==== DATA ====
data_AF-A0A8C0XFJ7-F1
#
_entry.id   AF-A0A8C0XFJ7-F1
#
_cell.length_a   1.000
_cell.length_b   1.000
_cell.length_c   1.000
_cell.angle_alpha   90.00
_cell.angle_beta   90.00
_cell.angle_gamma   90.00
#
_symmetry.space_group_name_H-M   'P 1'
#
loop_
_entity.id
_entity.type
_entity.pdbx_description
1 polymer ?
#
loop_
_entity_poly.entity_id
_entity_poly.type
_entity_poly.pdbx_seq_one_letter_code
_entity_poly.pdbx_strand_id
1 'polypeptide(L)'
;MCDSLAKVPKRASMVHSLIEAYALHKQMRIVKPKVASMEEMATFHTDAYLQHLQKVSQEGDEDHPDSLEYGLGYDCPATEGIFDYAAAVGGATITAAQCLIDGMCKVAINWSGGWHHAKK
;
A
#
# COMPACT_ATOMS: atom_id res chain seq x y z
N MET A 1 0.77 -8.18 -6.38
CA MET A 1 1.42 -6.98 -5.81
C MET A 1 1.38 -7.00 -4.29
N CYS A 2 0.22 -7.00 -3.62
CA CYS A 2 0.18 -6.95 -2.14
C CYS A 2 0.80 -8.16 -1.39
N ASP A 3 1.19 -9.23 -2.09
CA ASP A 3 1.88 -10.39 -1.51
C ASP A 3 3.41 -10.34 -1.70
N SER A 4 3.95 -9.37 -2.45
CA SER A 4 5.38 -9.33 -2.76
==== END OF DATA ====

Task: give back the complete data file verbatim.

data_AF-A0A8C0XFJ7-F1
#
_entry.id   AF-A0A8C0XFJ7-F1
#
_cell.length_a   1.000
_cell.length_b   1.000
_cell.length_c   1.000
_cell.angle_alpha   90.00
_cell.angle_beta   90.00
_cell.angle_gamma   90.00
#
_symmetry.space_group_name_H-M   'P 1'
#
loop_
_entity.id
_entity.type
_entity.pdbx_description
1 polymer ?
#
loop_
_entity_poly.entity_id
_entity_poly.type
_entity_poly.pdbx_seq_one_letter_code
_entity_poly.pdbx_strand_id
1 'polypeptide(L)'
;MCDSLAKVPKRASMVHSLIEAYALHKQMRIVKPKVASMEEMATFHTDAYLQHLQKVSQEGDEDHPDSLEYGLGYDCPATEGIFDYAAAVGGATITAAQCLIDGMCKVAINWSGGWHHAKK
;
A
#
# COMPACT_ATOMS: atom_id res chain seq x y z
N MET A 1 0.77 -8.18 -6.38
CA MET A 1 1.42 -6.98 -5.81
C MET A 1 1.38 -7.00 -4.29
N CYS A 2 0.22 -7.00 -3.62
CA CYS A 2 0.18 -6.95 -2.14
C CYS A 2 0.80 -8.16 -1.39
N ASP A 3 1.19 -9.23 -2.09
CA ASP A 3 1.88 -10.39 -1.51
C ASP A 3 3.41 -10.34 -1.70
N SER A 4 3.95 -9.37 -2.45
CA SER A 4 5.38 -9.33 -2.76